Dresses with X-Ray| Photography courtesy of the Evening Standard

Cape being worn as a day skirt| Photography courtesy of Vogue

Balenciaga is well known for his intricate and unique internal construction, but it is difficult to communicate to an audience so used to fast fashion and throwaway models the effort that goes into the designs. The curator, Cassie Davies-Strodder and her team, have done a commendable job of making the couture exhibits more personal and understandable to modern audiences. One of the ways it does so is by deconstructing the dress so that the “X-ray,” or the internal construction of the dress is put on display next to a mannequin wearing the design. A hallmark of many of his dress designs included less design in the front but more in the back, and the exhibition attempts to showcase that by including rotating mannequins with portraits of the dress on salon models and a sample of the fabric used.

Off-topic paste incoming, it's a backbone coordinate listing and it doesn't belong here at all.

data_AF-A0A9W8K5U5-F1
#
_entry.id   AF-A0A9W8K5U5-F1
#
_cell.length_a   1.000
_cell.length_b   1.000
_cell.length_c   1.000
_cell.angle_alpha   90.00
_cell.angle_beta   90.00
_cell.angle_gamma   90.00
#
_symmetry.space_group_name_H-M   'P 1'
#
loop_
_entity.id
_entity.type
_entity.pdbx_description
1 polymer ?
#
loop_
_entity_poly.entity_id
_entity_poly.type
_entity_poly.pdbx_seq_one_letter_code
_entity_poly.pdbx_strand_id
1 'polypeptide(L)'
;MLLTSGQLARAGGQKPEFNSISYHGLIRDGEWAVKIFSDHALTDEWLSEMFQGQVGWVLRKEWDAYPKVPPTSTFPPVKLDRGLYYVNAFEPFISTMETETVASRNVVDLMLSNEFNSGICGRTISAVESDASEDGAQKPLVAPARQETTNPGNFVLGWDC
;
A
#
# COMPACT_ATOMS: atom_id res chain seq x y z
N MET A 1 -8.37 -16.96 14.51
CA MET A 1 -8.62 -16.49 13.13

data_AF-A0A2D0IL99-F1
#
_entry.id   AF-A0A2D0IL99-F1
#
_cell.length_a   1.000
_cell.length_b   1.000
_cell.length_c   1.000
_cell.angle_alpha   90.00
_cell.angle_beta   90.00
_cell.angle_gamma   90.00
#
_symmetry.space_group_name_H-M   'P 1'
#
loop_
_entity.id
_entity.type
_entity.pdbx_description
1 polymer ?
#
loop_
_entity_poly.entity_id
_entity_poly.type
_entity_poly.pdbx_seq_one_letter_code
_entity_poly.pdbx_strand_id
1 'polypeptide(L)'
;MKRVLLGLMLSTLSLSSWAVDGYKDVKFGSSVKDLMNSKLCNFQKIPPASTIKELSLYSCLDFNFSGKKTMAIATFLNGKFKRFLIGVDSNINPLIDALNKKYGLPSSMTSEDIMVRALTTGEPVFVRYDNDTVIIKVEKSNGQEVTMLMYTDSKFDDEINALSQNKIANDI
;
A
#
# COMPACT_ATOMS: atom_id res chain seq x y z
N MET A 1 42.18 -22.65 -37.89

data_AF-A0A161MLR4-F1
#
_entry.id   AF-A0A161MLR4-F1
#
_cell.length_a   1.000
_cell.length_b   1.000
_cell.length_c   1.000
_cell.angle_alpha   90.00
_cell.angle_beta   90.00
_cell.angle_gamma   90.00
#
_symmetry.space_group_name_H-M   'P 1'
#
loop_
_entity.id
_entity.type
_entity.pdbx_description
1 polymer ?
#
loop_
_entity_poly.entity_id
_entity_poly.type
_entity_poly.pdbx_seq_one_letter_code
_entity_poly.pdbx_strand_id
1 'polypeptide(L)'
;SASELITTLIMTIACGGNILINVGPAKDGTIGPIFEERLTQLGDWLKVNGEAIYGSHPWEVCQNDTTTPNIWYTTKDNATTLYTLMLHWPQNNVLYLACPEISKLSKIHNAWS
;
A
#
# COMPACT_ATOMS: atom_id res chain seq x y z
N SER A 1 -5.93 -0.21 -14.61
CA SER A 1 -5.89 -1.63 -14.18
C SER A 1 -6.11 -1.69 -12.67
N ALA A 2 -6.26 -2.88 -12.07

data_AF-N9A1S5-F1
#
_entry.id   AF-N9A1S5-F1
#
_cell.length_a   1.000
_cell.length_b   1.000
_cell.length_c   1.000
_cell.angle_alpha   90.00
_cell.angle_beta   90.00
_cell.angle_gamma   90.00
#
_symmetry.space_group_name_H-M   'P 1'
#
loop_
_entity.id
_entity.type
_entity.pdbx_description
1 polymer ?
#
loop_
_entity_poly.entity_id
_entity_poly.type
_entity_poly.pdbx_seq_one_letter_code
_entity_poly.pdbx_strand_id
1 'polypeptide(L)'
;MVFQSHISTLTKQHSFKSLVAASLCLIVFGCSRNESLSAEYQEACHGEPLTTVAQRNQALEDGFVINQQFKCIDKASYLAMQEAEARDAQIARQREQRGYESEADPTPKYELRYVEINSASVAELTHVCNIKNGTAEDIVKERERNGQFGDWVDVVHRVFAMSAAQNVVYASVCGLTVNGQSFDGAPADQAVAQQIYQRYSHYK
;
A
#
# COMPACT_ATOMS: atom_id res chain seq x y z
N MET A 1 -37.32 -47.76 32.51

The appeal to the millennial generation is also apparent with the interactive ability built into this exhibition—for instance, a highlight is the ability to take a picture with two sample mock ups of a 1956 piece, which can be either worn as an evening skirt or cape, against a mock up 1950s salon wall.

Article about cape-dress | Photography courtesy of Events Uncut

Behind the scenes| Photography courtesy of AnOther Mag and the V&A

Finally, to give a better sense of the traditional relationship between the couturier and the women he dressed, samples and pieces from some of his famous client’s wardrobes are put on display. Viewers are allowed into a peek into the collections of the likes of Countess Mona Bismarck’s (who’s gardening shorts were also tailored by the house) collection of silk top and trousers in various colours, which are displayed in contrast with the glamorous evening gowns donned by American socialite Elizabeth Firestone.

(L) Lisa Fonssagrives-Penn in Balenciaga coat (Paris, 1950) | (R) Alberta Tiburzi in ‘envelope’ dress in 1967 | Photography courtesy of Malendyer

(L): Oscar de la Renta, SS 2015 | (R)Dress made of polyurethane leather by Rei Kawakubo | Photography courtesy of The Telegraph